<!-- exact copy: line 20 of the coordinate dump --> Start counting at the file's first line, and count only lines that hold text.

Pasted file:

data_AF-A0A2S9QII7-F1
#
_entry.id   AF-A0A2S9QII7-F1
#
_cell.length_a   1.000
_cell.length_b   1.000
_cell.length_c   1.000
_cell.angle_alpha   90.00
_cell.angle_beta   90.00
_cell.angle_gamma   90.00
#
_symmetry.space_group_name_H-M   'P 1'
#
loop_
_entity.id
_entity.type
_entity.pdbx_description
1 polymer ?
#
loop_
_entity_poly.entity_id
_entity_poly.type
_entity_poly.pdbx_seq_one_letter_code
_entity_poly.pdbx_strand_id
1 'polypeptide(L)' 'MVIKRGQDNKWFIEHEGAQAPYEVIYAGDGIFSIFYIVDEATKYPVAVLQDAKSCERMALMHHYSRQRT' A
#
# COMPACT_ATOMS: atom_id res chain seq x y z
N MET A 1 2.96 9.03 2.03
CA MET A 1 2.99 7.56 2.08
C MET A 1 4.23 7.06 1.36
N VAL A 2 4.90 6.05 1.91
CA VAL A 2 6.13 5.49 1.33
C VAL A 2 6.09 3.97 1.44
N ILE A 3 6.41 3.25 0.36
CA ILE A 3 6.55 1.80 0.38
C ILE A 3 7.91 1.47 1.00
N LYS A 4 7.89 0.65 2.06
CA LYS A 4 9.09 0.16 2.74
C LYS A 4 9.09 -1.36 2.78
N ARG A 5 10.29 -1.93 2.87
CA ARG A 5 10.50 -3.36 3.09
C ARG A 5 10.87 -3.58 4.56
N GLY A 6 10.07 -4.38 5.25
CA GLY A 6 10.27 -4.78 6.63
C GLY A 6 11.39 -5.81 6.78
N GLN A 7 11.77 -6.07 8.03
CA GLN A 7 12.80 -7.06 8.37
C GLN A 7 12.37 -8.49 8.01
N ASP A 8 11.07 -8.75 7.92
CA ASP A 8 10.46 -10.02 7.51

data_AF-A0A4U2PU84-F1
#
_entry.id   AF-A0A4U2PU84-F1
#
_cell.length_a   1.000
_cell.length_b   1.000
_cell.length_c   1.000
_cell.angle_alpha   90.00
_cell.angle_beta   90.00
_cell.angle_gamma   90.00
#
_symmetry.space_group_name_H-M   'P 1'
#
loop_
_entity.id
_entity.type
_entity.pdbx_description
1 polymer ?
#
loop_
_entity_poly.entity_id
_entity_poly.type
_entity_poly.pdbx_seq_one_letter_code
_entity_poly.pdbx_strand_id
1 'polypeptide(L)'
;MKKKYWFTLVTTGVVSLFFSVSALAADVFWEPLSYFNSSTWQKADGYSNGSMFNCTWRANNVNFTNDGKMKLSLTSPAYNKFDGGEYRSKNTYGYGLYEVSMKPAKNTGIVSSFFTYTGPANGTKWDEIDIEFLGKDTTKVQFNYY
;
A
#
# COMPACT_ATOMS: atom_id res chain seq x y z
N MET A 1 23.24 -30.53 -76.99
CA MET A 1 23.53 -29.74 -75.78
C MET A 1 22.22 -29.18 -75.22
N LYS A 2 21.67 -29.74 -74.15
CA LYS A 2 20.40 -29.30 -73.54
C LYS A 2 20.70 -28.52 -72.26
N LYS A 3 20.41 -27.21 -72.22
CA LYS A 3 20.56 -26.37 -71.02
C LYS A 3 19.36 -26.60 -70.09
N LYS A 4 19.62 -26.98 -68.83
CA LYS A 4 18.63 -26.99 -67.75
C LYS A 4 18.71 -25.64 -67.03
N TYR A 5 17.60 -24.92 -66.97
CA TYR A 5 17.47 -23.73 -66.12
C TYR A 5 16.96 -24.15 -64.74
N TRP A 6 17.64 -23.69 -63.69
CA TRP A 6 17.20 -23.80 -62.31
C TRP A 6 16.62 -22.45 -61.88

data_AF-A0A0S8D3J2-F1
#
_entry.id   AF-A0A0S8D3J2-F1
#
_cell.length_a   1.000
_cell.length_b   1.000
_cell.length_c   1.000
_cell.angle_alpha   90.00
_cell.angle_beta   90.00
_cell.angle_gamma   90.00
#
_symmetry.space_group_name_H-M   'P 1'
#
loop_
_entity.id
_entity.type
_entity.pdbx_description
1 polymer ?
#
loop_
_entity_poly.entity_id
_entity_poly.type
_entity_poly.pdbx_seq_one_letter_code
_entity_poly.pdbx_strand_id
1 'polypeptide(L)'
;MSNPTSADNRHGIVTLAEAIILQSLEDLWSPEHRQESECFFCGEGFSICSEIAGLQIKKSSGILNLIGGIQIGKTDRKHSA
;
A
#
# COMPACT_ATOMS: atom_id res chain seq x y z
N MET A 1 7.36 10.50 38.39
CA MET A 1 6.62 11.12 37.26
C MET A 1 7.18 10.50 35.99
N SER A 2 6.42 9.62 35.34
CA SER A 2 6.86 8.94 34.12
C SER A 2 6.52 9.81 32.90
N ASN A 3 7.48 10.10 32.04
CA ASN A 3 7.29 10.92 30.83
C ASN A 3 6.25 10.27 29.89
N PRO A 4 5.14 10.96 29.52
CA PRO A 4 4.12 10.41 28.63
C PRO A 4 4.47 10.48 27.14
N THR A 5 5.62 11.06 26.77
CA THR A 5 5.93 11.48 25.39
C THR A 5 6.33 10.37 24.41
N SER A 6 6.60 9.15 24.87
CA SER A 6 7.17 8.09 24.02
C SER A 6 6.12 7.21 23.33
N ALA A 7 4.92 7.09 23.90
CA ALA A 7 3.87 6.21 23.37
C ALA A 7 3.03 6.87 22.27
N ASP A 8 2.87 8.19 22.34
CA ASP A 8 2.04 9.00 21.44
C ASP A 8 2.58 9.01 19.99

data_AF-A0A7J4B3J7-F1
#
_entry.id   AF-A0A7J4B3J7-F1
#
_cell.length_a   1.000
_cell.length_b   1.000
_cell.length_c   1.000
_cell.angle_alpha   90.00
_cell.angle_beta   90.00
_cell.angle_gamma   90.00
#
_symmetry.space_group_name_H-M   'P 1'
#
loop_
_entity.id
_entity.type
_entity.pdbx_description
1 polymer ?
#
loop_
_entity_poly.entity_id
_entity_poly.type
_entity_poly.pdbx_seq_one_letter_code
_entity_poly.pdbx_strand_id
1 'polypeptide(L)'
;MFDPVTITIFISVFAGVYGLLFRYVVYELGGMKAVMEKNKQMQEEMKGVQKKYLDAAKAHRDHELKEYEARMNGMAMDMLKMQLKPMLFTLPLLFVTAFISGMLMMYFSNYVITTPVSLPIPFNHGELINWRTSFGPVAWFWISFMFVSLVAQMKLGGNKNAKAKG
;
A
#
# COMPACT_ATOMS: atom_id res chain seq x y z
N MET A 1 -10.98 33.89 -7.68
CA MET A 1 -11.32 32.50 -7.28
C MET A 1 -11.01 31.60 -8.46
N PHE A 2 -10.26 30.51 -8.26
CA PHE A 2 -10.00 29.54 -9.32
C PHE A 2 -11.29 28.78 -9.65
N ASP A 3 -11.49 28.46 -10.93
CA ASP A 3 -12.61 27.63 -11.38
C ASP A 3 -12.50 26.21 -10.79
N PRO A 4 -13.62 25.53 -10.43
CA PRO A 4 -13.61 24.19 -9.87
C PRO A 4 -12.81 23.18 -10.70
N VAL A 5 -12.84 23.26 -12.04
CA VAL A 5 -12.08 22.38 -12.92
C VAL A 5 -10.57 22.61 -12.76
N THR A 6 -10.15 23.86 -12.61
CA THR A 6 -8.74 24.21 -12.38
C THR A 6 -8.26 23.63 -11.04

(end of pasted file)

loop_